Holyhead Profile


The town’s residential population is about 11,500. The resident population of Holy Island as a whole is about 14,000. The resident population of Holy Island as a whole was 13,579. Holyhead's population has fallen marginally in recent decades due to various factors, including limited house building, smaller household sizes, demographic changes and local economic circumstances, but there has been an increase in residential development plans in recent years. The population in surrounding areas such as Trearddur Bay has been increasing.


The origins of the town date back to the building of a Roman Naval Base around 300AD, and the establishment of a religious centre within its walls in about 540AD. A small town gradually developed around this site during the centuries which followed. Holyhead developed into a significant town mainly because of its role as a port linking Ireland and Britain, and the Admiralty decision to create a major sheltered harbour of refuge for sailing ships by building the breakwater. It also became an important centre for railways. Hotels and shops developed from this and Holyhead became the main service town for much of Anglesey. The town has also developed as an industrial centre, including boat building and repairs. A number of factories were located in Holyhead during the 20th century, the largest being the aluminium smelter.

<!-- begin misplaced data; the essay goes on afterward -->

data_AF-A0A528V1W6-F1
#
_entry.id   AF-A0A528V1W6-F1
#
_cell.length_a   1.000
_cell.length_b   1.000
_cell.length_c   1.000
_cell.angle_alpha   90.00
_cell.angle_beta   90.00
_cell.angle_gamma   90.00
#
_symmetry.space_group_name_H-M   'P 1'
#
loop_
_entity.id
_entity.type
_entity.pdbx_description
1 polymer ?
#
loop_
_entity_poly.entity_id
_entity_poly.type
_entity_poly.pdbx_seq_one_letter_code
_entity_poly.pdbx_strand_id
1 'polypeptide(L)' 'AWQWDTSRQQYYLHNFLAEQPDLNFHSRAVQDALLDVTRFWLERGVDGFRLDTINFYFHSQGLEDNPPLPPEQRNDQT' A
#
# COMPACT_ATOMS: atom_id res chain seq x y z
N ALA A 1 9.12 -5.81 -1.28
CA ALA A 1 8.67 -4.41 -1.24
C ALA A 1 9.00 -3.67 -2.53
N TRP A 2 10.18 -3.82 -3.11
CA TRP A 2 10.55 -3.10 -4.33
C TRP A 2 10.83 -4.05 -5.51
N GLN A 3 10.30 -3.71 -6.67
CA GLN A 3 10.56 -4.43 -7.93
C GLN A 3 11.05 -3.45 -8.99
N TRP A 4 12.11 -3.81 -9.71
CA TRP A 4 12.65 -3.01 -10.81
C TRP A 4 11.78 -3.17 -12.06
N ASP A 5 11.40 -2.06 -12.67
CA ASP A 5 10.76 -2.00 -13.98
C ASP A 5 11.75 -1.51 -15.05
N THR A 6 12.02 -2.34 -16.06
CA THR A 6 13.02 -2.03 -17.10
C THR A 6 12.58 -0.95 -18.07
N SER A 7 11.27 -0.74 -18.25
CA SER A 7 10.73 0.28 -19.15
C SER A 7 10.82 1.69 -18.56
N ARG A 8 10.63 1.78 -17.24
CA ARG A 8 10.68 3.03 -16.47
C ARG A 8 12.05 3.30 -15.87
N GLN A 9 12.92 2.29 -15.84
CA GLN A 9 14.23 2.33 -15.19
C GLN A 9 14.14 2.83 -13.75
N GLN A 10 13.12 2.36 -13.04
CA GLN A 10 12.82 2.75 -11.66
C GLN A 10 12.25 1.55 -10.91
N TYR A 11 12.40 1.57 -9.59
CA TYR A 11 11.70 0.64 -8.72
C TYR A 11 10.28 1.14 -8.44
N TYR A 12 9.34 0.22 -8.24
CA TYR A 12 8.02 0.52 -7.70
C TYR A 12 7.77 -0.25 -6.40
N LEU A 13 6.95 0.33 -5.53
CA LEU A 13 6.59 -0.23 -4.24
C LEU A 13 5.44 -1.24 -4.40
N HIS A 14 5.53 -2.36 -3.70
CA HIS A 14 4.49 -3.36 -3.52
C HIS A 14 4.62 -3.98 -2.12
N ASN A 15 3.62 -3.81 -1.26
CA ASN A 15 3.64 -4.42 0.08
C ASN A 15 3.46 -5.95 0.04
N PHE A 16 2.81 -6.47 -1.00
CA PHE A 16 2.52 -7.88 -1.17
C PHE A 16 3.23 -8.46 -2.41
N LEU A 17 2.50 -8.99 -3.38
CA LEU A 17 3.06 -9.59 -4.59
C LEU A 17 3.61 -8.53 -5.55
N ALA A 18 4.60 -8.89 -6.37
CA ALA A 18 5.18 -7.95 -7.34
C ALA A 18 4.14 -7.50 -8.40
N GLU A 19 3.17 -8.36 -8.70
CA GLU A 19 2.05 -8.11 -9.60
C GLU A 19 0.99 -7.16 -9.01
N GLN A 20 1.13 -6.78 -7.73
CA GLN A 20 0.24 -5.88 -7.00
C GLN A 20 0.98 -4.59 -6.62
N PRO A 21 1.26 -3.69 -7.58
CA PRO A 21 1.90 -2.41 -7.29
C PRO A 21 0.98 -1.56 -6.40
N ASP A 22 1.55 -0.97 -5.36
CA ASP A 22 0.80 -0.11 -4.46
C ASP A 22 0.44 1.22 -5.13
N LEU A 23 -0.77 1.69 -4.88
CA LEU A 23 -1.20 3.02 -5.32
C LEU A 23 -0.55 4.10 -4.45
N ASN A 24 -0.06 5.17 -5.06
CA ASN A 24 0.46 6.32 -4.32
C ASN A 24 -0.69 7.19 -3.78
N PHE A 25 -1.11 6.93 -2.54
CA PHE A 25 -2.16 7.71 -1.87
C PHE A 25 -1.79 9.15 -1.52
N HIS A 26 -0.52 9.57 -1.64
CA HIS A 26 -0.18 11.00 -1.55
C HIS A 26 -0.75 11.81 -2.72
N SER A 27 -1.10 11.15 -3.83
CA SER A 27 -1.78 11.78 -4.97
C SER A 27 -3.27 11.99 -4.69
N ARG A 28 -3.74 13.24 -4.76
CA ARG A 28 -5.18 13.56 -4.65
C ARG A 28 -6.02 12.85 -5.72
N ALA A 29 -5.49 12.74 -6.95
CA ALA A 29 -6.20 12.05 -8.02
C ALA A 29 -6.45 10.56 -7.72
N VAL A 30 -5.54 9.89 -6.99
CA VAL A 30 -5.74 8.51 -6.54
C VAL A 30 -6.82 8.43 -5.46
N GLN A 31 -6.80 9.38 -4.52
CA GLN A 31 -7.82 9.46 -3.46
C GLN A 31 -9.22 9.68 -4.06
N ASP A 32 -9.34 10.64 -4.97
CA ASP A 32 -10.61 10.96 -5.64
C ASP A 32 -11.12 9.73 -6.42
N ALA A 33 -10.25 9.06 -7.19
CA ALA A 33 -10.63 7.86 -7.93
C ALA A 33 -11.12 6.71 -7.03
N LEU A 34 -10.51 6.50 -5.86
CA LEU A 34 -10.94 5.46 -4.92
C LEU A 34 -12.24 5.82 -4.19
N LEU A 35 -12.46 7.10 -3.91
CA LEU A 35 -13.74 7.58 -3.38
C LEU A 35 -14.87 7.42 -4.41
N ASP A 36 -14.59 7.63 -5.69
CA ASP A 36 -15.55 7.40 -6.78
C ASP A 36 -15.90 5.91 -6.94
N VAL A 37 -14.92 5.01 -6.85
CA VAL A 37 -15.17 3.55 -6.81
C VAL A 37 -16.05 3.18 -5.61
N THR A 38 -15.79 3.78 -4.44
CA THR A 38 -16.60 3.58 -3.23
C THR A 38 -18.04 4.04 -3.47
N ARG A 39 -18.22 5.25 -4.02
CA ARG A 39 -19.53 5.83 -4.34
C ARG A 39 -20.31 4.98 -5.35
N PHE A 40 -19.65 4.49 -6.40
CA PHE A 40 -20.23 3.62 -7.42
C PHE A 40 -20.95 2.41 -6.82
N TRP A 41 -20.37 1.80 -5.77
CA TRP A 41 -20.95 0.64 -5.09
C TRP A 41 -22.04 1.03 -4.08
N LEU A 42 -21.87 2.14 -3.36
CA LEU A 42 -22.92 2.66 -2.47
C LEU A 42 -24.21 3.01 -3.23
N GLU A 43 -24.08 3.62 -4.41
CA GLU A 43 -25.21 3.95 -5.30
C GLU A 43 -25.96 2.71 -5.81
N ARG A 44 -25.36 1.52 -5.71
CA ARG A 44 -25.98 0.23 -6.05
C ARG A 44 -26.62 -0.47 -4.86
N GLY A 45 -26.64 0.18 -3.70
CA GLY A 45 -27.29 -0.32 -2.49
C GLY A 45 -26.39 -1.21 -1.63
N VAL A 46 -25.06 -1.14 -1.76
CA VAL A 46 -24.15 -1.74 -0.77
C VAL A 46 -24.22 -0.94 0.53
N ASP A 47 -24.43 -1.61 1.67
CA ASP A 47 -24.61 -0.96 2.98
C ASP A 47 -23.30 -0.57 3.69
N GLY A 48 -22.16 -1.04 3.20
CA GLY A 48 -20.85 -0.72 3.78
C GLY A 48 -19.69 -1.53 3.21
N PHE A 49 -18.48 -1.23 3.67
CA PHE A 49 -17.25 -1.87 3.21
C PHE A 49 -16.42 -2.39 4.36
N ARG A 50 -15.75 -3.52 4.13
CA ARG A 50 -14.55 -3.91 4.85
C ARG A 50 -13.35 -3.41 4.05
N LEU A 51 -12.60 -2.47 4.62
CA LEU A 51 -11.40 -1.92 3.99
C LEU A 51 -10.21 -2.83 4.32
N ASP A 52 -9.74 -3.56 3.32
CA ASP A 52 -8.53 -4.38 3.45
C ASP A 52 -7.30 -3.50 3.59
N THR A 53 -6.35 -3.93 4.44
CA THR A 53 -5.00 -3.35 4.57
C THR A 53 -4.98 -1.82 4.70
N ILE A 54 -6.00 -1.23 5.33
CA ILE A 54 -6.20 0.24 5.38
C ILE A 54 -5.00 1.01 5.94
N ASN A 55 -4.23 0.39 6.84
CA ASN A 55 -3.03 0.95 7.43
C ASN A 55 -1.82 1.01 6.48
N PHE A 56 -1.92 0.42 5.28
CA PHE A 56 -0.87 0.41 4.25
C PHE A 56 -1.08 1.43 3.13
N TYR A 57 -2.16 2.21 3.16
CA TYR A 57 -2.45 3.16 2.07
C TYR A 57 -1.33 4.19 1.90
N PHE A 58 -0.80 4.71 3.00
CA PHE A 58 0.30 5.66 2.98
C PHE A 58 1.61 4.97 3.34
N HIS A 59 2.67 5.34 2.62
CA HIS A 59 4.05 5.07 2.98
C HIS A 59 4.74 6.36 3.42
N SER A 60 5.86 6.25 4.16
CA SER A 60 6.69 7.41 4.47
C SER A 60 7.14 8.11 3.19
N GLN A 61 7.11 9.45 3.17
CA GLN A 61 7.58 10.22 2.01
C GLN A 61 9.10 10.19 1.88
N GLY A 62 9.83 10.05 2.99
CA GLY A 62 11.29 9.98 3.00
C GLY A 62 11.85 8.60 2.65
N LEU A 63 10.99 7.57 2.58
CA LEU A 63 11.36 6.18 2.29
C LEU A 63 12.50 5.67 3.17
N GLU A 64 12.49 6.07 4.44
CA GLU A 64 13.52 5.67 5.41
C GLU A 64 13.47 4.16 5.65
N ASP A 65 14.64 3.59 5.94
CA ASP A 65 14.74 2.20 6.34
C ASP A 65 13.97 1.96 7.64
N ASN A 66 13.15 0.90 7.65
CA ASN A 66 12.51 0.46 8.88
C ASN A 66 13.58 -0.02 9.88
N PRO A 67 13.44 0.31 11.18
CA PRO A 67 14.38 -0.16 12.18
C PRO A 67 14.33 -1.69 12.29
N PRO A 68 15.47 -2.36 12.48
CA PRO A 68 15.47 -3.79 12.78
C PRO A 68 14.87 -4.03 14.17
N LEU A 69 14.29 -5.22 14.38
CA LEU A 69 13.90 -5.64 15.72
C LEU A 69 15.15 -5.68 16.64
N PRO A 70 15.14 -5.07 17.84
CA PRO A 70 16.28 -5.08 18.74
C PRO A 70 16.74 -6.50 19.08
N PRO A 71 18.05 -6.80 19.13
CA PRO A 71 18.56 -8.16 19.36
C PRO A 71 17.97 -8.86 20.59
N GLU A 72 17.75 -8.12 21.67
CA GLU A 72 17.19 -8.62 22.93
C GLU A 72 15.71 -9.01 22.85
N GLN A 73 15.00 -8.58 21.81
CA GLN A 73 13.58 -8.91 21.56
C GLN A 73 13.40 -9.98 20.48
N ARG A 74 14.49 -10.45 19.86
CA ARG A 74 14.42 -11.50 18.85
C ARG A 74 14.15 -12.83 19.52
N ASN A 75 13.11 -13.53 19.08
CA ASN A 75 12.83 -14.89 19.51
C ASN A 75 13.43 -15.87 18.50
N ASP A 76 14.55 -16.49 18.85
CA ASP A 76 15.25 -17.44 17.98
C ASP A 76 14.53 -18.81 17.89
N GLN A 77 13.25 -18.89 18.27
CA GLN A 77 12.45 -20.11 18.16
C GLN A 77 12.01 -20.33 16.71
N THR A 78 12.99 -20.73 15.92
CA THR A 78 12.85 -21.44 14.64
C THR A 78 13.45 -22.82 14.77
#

Major employers in Holyhead include the Port/Stena, Anglesey Aluminium, Eaton, Holyhead Boatyard, Schools, Holyhead Town Centre, Tesco, Morrisons and the Retail Park. The Hedsrom factory closed recently with the loss of about 60 jobs. Conversely, about 60 jobs were recently gained as part of a new Stena Call-Centre. The Retail Park has created about 650 mainly part-time jobs, with about 250 jobs being recently created at the new Morrisions store. There were major job losses in 2009 due to the ending of smelting at Anglesey Aluminium (c450 jobs lost) and manufacturing at Eaton Electrical (c220 jobs lost).


Holyhead is a port town, located in attractive rural/coastal surroundings. Much of Holy Island is designated as an Area of Outstanding Natural Beauty and includes significant areas of Heritage Coast. Heritage Conservation Areas have been designated for Holyhead Town Centre, Newry Beach, and Holyhead Mountain Village. The area includes a significant number of listed buildings, ancient monuments and tree preservation orders. A new waste water treatment works has been built to improve local sea water quality.



The A55 North Wales expressway was extended across Anglesey in 2001, and provides good road access. Holyhead also benefits from rail access to Chester, ferry links to Dublin and Dun Laoghaire, and proximity to a small civilian airport at nearby RAF Valley. Broadband IT communication links are available in Holyhead.